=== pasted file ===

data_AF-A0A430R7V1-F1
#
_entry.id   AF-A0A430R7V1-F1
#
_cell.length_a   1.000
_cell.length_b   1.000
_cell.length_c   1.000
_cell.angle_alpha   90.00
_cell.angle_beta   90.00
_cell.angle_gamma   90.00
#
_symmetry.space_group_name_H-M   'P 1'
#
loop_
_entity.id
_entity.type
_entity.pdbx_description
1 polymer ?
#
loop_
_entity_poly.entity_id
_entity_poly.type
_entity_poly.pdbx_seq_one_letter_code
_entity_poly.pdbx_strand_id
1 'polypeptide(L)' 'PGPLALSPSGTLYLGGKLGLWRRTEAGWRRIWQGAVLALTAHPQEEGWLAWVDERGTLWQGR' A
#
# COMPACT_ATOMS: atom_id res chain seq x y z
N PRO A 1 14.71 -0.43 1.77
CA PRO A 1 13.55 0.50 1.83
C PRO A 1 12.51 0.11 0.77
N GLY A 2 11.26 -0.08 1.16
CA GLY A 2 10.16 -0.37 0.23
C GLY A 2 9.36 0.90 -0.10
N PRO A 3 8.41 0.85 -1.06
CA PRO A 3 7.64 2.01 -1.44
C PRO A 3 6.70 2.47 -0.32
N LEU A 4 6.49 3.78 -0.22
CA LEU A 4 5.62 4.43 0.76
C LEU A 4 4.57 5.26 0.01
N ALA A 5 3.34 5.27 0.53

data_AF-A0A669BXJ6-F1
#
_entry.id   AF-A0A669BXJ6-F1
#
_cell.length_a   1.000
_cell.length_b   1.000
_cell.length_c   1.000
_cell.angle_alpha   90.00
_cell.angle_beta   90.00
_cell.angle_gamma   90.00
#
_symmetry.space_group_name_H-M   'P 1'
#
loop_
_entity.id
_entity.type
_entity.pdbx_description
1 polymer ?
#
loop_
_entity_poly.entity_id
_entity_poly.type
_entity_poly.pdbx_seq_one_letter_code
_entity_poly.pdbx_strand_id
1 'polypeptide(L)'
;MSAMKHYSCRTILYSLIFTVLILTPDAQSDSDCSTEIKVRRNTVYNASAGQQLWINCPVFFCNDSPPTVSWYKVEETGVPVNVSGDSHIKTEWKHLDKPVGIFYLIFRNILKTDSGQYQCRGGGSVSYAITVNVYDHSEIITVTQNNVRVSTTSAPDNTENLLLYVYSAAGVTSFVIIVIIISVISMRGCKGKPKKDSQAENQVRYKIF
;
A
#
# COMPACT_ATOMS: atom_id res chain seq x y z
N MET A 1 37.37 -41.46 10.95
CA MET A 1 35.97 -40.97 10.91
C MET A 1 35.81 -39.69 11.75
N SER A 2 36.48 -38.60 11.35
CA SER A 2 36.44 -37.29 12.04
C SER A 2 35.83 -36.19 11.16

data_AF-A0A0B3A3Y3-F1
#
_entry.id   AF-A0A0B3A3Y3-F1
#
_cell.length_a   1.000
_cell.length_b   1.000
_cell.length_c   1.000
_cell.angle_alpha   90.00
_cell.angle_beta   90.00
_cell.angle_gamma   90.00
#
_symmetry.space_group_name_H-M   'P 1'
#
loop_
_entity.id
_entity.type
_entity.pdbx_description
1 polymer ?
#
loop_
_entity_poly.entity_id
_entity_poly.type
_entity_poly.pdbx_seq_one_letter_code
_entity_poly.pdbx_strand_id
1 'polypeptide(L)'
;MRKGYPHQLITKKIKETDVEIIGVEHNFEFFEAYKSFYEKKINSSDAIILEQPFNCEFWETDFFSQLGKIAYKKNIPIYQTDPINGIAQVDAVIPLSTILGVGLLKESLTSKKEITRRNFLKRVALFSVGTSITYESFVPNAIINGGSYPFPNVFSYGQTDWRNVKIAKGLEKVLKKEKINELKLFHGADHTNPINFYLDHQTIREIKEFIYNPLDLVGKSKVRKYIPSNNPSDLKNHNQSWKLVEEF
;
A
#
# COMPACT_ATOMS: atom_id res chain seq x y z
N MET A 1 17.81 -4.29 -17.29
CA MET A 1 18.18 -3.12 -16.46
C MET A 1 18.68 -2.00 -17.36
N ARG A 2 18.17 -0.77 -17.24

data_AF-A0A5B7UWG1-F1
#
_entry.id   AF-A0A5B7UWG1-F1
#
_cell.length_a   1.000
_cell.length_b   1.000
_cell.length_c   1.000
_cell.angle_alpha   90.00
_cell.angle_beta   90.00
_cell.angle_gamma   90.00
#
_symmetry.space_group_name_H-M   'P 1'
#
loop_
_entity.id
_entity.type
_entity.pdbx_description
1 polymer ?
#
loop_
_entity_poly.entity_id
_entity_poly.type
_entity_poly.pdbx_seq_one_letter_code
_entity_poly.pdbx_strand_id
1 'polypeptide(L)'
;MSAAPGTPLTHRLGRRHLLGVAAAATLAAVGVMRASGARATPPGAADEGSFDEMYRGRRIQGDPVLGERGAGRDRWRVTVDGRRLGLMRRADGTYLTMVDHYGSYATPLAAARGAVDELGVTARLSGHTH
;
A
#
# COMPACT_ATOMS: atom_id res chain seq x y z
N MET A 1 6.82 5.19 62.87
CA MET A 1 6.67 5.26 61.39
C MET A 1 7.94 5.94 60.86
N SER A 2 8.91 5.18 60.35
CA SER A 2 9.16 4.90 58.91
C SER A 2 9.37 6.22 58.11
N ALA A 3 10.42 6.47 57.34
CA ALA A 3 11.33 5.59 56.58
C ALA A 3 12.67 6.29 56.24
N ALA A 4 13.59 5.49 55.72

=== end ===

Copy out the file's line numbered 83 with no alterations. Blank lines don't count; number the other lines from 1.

_cell.length_c   1.000